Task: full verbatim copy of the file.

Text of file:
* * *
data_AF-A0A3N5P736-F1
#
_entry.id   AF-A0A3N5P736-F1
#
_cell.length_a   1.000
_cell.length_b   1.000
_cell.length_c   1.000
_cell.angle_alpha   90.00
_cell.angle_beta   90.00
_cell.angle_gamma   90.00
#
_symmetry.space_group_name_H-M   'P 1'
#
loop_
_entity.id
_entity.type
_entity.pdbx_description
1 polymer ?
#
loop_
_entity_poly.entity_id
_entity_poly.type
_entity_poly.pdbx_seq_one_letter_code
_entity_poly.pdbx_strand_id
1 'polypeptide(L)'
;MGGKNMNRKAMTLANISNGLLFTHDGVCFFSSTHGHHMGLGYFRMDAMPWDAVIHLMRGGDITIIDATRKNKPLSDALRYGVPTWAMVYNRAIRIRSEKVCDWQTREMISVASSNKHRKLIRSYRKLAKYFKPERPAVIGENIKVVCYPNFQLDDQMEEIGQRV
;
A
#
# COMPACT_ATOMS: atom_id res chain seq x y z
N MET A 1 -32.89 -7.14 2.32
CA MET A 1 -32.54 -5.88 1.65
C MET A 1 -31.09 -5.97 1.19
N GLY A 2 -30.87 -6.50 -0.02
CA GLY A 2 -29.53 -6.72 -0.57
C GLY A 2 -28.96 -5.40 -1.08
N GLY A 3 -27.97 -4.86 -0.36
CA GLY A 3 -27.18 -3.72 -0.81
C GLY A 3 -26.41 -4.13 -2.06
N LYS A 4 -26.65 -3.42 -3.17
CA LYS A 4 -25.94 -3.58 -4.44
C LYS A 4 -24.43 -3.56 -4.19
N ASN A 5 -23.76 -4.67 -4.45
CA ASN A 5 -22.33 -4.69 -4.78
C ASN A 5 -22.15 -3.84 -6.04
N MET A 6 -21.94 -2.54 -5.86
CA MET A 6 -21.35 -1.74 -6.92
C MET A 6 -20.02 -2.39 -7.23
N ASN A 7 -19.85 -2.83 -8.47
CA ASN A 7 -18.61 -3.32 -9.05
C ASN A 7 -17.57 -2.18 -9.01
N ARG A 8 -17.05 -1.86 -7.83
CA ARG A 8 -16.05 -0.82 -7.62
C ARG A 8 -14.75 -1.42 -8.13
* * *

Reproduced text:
data_AF-A0A3N5P736-F1
#
_entry.id   AF-A0A3N5P736-F1
#
_cell.length_a   1.000
_cell.length_b   1.000
_cell.length_c   1.000
_cell.angle_alpha   90.00
_cell.angle_beta   90.00
_cell.angle_gamma   90.00
#
_symmetry.space_group_name_H-M   'P 1'
#
loop_
_entity.id
_entity.type
_entity.pdbx_description
1 polymer ?
#
loop_
_entity_poly.entity_id
_entity_poly.type
_entity_poly.pdbx_seq_one_letter_code
_entity_poly.pdbx_strand_id
1 'polypeptide(L)'
;MGGKNMNRKAMTLANISNGLLFTHDGVCFFSSTHGHHMGLGYFRMDAMPWDAVIHLMRGGDITIIDATRKNKPLSDALRYGVPTWAMVYNRAIRIRSEKVCDWQTREMISVASSNKHRKLIRSYRKLAKYFKPERPAVIGENIKVVCYPNFQLDDQMEEIGQRV
;
A
#
# COMPACT_ATOMS: atom_id res chain seq x y z
N MET A 1 -32.89 -7.14 2.32
CA MET A 1 -32.54 -5.88 1.65
C MET A 1 -31.09 -5.97 1.19
N GLY A 2 -30.87 -6.50 -0.02
CA GLY A 2 -29.53 -6.72 -0.57
C GLY A 2 -28.96 -5.40 -1.08
N GLY A 3 -27.97 -4.86 -0.36
CA GLY A 3 -27.18 -3.72 -0.81
C GLY A 3 -26.41 -4.13 -2.06
N LYS A 4 -26.65 -3.42 -3.17
CA LYS A 4 -25.94 -3.58 -4.44
C LYS A 4 -24.43 -3.56 -4.19
N ASN A 5 -23.76 -4.67 -4.45
CA ASN A 5 -22.33 -4.69 -4.78
C ASN A 5 -22.15 -3.84 -6.04
N MET A 6 -21.94 -2.54 -5.86
CA MET A 6 -21.35 -1.74 -6.92
C MET A 6 -20.02 -2.39 -7.23
N ASN A 7 -19.85 -2.83 -8.47
CA ASN A 7 -18.61 -3.32 -9.05
C ASN A 7 -17.57 -2.18 -9.01
N ARG A 8 -17.05 -1.86 -7.83
CA ARG A 8 -16.05 -0.82 -7.62
C ARG A 8 -14.75 -1.42 -8.13